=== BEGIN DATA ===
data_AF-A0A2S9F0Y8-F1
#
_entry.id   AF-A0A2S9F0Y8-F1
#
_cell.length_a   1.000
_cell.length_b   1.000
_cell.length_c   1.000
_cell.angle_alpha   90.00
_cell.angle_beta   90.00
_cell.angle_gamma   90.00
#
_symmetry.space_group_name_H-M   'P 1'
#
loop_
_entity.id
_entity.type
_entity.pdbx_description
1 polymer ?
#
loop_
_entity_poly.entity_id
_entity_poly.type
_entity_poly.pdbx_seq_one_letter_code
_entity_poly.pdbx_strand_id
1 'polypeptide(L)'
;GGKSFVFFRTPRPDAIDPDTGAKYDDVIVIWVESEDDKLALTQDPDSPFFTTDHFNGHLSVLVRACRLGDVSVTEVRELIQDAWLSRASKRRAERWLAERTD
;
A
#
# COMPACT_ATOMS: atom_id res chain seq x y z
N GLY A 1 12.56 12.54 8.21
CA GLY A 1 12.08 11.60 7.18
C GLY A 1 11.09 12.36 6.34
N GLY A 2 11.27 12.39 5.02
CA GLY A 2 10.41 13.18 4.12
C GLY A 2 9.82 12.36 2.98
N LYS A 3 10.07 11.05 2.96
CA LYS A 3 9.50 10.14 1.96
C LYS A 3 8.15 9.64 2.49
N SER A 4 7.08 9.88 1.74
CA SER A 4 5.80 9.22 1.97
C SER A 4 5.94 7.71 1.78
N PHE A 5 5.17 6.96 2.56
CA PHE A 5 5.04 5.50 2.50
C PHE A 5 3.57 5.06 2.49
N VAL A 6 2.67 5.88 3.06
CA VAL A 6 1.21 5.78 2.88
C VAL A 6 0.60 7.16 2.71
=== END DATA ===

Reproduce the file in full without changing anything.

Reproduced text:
data_AF-A0A2S9F0Y8-F1
#
_entry.id   AF-A0A2S9F0Y8-F1
#
_cell.length_a   1.000
_cell.length_b   1.000
_cell.length_c   1.000
_cell.angle_alpha   90.00
_cell.angle_beta   90.00
_cell.angle_gamma   90.00
#
_symmetry.space_group_name_H-M   'P 1'
#
loop_
_entity.id
_entity.type
_entity.pdbx_description
1 polymer ?
#
loop_
_entity_poly.entity_id
_entity_poly.type
_entity_poly.pdbx_seq_one_letter_code
_entity_poly.pdbx_strand_id
1 'polypeptide(L)'
;GGKSFVFFRTPRPDAIDPDTGAKYDDVIVIWVESEDDKLALTQDPDSPFFTTDHFNGHLSVLVRACRLGDVSVTEVRELIQDAWLSRASKRRAERWLAERTD
;
A
#
# COMPACT_ATOMS: atom_id res chain seq x y z
N GLY A 1 12.56 12.54 8.21
CA GLY A 1 12.08 11.60 7.18
C GLY A 1 11.09 12.36 6.34
N GLY A 2 11.27 12.39 5.02
CA GLY A 2 10.41 13.18 4.12
C GLY A 2 9.82 12.36 2.98
N LYS A 3 10.07 11.05 2.96
CA LYS A 3 9.50 10.14 1.96
C LYS A 3 8.15 9.64 2.49
N SER A 4 7.08 9.88 1.74
CA SER A 4 5.80 9.22 1.97
C SER A 4 5.94 7.71 1.78
N PHE A 5 5.17 6.96 2.56
CA PHE A 5 5.04 5.50 2.50
C PHE A 5 3.57 5.06 2.49
N VAL A 6 2.67 5.88 3.06
CA VAL A 6 1.21 5.78 2.88
C VAL A 6 0.60 7.16 2.71